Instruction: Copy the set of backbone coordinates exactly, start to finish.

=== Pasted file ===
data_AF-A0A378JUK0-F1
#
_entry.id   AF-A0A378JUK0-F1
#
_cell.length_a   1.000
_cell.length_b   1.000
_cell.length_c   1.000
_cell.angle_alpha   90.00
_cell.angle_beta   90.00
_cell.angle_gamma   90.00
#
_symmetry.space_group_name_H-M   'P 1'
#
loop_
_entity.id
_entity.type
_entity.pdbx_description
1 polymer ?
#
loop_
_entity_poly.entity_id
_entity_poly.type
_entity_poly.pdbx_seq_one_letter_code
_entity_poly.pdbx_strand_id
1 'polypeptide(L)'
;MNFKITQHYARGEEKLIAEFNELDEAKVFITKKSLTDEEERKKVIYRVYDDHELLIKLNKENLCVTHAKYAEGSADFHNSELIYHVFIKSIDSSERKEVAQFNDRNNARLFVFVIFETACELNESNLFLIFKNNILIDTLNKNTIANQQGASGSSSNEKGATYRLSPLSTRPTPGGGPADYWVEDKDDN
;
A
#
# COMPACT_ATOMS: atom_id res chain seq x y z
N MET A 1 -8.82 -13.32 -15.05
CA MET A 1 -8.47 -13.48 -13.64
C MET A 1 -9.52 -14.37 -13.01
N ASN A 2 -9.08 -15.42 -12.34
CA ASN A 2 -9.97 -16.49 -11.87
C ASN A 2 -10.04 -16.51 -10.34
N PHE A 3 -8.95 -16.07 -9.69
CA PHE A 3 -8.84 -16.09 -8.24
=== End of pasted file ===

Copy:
data_AF-A0A378JUK0-F1
#
_entry.id   AF-A0A378JUK0-F1
#
_cell.length_a   1.000
_cell.length_b   1.000
_cell.length_c   1.000
_cell.angle_alpha   90.00
_cell.angle_beta   90.00
_cell.angle_gamma   90.00
#
_symmetry.space_group_name_H-M   'P 1'
#
loop_
_entity.id
_entity.type
_entity.pdbx_description
1 polymer ?
#
loop_
_entity_poly.entity_id
_entity_poly.type
_entity_poly.pdbx_seq_one_letter_code
_entity_poly.pdbx_strand_id
1 'polypeptide(L)'
;MNFKITQHYARGEEKLIAEFNELDEAKVFITKKSLTDEEERKKVIYRVYDDHELLIKLNKENLCVTHAKYAEGSADFHNSELIYHVFIKSIDSSERKEVAQFNDRNNARLFVFVIFETACELNESNLFLIFKNNILIDTLNKNTIANQQGASGSSSNEKGATYRLSPLSTRPTPGGGPADYWVEDKDDN
;
A
#
# COMPACT_ATOMS: atom_id res chain seq x y z
N MET A 1 -8.82 -13.32 -15.05
CA MET A 1 -8.47 -13.48 -13.64
C MET A 1 -9.52 -14.37 -13.01
N ASN A 2 -9.08 -15.42 -12.34
CA ASN A 2 -9.97 -16.49 -11.87
C ASN A 2 -10.04 -16.51 -10.34
N PHE A 3 -8.95 -16.07 -9.69
CA PHE A 3 -8.84 -16.09 -8.24